Identify the degree of the function. This polynomial function is of degree 5.

The maximum possible number of turning points is 5 – 1 = 4.

b. *f(x) = -(x – 1) ^{2}(1 + 2x^{2})*

First, identify the leading term of the polynomial function if the function were expanded.

*-2x ^{4} + 4x^{3} -3x^{2} + 2x – 1*

Then, identify the degree of the polynomial function. This polynomial function is of degree 4.

The maximum possible number of turning points is 4 – 1 = 3.

### References

“3.4: Graphs Of Polynomial Functions”. 2019. *Mathematics LibreTexts*. https://math.libretexts.org/Courses/Borough_of_Manhattan_Community_College/MAT_206_Precalculus/3%3A_Polynomial_and_Rational_Functions_New/3.4%3A_Graphs_of_Polynomial_Functions.

Roberts, Donna. 2022. “More Features Of Function Graphs Refresher – MathBitsNotebook (A2 – CCSS Math)”. *mathbitsnotebook.com*. https://mathbitsnotebook.com/Algebra2/Polynomials/POFunctionFeaturesMore.html.

## Graphing a Polynomial Function

Graphing a polynomial function involves the following steps.

- Factor the polynomial (if needed)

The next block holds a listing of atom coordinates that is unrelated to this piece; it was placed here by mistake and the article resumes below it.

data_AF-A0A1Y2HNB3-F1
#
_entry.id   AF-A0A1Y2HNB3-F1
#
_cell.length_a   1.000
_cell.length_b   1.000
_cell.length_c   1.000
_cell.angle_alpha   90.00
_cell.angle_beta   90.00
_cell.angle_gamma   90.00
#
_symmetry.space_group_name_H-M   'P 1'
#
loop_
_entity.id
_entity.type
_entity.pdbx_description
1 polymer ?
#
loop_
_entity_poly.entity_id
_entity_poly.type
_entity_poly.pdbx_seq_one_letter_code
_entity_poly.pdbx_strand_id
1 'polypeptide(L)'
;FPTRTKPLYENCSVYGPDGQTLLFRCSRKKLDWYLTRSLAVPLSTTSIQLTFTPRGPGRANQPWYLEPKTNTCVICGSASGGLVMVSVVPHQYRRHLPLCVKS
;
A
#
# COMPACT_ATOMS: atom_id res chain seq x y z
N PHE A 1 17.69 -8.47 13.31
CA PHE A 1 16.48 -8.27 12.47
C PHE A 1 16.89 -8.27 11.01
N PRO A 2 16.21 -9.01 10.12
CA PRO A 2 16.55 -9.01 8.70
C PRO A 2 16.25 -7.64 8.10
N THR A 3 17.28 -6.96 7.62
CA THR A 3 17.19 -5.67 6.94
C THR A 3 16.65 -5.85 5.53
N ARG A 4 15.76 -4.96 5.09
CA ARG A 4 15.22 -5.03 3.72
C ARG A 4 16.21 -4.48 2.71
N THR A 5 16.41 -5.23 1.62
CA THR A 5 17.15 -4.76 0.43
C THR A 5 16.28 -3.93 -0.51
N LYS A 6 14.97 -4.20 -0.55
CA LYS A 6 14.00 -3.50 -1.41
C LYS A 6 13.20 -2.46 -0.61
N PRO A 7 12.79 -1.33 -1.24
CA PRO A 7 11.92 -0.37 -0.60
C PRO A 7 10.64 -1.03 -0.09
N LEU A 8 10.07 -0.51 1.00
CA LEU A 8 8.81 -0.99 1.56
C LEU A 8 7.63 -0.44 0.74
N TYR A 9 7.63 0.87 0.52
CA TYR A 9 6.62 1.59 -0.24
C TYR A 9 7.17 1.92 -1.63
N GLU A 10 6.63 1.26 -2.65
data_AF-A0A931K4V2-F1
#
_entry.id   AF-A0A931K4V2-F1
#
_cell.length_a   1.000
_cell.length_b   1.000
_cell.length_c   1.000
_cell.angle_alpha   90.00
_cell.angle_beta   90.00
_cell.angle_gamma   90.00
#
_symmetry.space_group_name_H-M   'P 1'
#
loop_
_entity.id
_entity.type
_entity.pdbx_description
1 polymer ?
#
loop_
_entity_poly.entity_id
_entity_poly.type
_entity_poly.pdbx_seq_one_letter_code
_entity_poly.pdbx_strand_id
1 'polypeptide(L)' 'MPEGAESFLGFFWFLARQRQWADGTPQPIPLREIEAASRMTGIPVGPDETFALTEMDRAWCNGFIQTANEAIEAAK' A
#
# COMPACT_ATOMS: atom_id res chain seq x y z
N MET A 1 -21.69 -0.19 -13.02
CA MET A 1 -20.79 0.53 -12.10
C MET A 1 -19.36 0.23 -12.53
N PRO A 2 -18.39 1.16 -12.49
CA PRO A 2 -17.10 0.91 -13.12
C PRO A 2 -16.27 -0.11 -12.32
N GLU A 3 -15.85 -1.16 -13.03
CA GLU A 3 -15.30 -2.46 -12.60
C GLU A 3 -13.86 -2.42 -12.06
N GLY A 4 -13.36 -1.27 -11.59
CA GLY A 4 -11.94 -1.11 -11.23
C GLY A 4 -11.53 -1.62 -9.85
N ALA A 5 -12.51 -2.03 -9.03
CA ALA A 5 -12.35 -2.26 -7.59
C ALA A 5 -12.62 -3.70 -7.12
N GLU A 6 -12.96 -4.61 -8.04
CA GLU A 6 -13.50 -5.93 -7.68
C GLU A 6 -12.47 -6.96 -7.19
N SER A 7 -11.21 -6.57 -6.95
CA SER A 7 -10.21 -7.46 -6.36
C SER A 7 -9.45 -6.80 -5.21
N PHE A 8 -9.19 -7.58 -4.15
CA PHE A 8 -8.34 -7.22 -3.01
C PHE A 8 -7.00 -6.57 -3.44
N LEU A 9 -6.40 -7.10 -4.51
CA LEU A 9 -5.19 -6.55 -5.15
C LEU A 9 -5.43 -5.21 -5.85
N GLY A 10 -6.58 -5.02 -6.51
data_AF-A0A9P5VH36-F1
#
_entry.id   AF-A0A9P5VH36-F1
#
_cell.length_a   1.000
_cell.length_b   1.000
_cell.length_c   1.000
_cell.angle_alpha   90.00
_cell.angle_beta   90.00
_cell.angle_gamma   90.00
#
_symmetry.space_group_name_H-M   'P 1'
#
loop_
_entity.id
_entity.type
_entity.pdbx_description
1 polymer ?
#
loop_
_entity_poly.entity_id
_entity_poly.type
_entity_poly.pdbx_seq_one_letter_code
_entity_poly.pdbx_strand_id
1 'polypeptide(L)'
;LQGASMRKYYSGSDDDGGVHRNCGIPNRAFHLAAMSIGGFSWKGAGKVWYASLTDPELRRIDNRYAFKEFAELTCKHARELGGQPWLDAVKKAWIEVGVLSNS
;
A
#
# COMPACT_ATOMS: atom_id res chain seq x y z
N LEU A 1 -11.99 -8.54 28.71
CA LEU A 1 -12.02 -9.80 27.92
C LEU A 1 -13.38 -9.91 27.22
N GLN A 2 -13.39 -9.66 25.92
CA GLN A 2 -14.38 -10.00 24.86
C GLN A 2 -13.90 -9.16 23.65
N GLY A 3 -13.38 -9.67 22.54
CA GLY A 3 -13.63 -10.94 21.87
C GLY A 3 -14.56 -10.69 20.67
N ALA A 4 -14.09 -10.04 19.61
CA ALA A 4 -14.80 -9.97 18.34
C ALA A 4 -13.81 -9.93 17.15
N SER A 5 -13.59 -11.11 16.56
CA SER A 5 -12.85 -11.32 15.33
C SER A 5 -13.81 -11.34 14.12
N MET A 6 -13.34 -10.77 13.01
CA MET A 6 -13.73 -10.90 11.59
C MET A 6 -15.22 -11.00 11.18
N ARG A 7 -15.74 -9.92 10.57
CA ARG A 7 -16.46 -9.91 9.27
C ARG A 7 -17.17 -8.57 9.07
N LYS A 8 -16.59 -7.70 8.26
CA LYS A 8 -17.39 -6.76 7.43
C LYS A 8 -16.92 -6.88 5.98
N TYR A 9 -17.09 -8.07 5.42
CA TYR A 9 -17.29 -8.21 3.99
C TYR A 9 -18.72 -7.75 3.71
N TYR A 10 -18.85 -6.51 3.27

- Determine the
**End Behavior**by examining the leading term (see the**Leading Coefficient Test**). - Find the intercepts and use the multiplicities of the zeros to determine the behavior of the polynomial at the
*x*-intercepts. - Use the end behavior and the behavior at the intercepts to sketch a graph.
- Optionally …
- Check for symmetry. If the function is an even function, its graph is symmetrical about the
*y*-axis, that is,*f(−x) = f(x)*. If a function is an odd function, its graph is symmetrical about the origin, that is,*f(−x) = −f(x)*. - Ensure that the number of turning points does not exceed one less than the degree of the polynomial.
- Use technology (e.g., Desmos or a graphing calculator) to check the graph.

- Check for symmetry. If the function is an even function, its graph is symmetrical about the

### Example

- Factor the polynomial
*2x*^{4}– 3x^{3}– 21x^{2}– 2x + 24*(2x + 3)(x – 1)(x + 2)(x – 4)*